Rioters escape trial because of time rule

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The Independent Online

Seven dangerous prisoners escaped punishment yesterday for their alleged involvement in a jail riot after their lawyers used new human rights laws to have the case dismissed.

Seven dangerous prisoners escaped punishment yesterday for their alleged involvement in a jail riot after their lawyers used new human rights laws to have the case dismissed.

A judge at Newcastle Crown Court accepted that a delay of nearly three years in bringing the case to a trial was a breach of their right to have the matter heard in a "reasonable time".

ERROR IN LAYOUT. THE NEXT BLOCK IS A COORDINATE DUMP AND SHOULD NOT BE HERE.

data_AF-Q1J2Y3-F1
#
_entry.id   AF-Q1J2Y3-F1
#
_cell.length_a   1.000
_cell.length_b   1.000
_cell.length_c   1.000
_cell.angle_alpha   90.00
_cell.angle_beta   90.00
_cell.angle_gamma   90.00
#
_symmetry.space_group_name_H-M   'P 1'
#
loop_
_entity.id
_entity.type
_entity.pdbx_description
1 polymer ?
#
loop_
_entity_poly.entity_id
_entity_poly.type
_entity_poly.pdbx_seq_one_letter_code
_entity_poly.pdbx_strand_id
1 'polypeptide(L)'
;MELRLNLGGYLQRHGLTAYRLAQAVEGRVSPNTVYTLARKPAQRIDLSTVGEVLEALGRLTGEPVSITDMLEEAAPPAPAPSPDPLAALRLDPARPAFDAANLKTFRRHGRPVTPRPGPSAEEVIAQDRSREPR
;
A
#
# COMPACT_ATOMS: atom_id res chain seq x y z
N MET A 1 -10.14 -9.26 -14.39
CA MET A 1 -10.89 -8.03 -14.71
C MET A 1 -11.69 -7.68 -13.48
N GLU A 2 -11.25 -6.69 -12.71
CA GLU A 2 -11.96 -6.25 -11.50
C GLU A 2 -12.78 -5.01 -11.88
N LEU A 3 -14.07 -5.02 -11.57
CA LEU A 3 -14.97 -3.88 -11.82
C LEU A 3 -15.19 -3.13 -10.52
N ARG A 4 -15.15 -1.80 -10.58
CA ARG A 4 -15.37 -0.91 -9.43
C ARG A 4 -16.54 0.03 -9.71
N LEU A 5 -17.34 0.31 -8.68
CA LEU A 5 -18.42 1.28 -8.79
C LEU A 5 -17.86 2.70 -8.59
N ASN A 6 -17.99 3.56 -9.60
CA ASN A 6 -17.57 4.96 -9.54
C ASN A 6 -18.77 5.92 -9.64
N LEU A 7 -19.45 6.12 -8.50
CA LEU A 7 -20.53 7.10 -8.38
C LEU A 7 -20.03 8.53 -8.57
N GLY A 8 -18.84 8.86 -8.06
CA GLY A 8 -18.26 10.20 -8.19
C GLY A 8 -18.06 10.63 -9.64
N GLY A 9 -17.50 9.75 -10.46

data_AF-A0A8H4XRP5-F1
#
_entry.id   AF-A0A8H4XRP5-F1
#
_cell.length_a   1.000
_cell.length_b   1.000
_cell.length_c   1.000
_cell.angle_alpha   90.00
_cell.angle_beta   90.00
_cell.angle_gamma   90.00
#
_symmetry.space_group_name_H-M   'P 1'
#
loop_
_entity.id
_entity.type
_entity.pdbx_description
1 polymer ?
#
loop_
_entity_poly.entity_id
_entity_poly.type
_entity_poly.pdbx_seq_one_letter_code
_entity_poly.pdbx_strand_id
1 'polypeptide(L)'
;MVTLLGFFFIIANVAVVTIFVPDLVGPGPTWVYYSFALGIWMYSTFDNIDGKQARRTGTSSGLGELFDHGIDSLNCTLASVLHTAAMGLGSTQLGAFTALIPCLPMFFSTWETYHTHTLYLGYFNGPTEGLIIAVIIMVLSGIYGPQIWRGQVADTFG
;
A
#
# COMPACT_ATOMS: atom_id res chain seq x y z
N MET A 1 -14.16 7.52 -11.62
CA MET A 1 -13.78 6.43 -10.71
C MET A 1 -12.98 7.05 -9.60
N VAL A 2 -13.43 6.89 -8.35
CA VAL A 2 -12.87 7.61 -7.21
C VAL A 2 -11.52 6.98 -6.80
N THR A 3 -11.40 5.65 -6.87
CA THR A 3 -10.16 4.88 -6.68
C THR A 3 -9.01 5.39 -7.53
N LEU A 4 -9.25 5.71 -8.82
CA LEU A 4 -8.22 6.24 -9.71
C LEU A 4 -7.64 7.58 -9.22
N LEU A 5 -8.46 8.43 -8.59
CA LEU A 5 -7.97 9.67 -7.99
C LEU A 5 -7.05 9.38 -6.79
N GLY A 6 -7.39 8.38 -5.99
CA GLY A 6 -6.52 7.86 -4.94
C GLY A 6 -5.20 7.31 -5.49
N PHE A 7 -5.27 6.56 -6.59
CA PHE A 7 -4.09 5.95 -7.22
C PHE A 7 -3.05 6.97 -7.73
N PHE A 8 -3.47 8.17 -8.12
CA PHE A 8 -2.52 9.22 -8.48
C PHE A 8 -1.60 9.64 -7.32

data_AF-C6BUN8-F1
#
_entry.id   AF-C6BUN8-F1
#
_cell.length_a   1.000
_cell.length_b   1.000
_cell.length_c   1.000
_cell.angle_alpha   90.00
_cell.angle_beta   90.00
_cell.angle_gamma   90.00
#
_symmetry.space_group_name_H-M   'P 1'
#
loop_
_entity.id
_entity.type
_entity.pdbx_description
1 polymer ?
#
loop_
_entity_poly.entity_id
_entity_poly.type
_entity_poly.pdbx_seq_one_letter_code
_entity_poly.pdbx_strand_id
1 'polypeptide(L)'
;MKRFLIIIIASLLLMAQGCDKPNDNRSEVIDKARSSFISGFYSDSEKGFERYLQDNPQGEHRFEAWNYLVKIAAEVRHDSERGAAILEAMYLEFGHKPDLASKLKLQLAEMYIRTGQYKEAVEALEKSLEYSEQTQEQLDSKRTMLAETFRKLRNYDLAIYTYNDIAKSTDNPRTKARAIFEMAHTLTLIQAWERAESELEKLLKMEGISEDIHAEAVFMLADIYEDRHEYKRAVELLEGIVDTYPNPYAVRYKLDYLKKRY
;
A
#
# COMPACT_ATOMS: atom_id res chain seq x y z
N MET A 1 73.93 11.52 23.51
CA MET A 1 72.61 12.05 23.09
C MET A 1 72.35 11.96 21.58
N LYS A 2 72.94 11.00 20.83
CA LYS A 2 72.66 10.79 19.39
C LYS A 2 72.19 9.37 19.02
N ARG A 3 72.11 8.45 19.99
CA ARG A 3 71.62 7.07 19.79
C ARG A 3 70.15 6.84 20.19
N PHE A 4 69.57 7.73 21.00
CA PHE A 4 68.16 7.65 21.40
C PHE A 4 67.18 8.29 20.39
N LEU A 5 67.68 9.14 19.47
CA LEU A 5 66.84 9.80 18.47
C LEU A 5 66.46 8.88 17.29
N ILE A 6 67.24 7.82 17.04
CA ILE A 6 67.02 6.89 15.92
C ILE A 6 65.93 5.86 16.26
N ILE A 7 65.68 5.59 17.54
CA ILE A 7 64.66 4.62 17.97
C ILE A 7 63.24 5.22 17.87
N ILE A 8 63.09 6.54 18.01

It is the first time that article six of the Human Rights Act has been used in this way since it was introduced last October. The Crown Prosecution Service said last night it would be reviewing the judgment to see if other cases were in danger of being thrown out.

Five prison officers and six prisoners were injured in the riot at Full Sutton high-security prison, near York, in April 1998. The violence was one of the worst disturbances at a British prison in recent years.

More than 30 prisonersbarricaded themselves into a wing of the jail before attacking members of staff and causing widespread damage.

Seven of the 32 alleged rioters were due to face criminal charges yesterday but Judge Timothy Hewitt ruled that to proceed with the trial would be "contrary" to section six of the Act.

Neil Gafney, Ian Jennings, Antonio Daniels, Paul Francis, Paul Dewer, Darren Price and Stephen Cutter were cleared of violent disorder.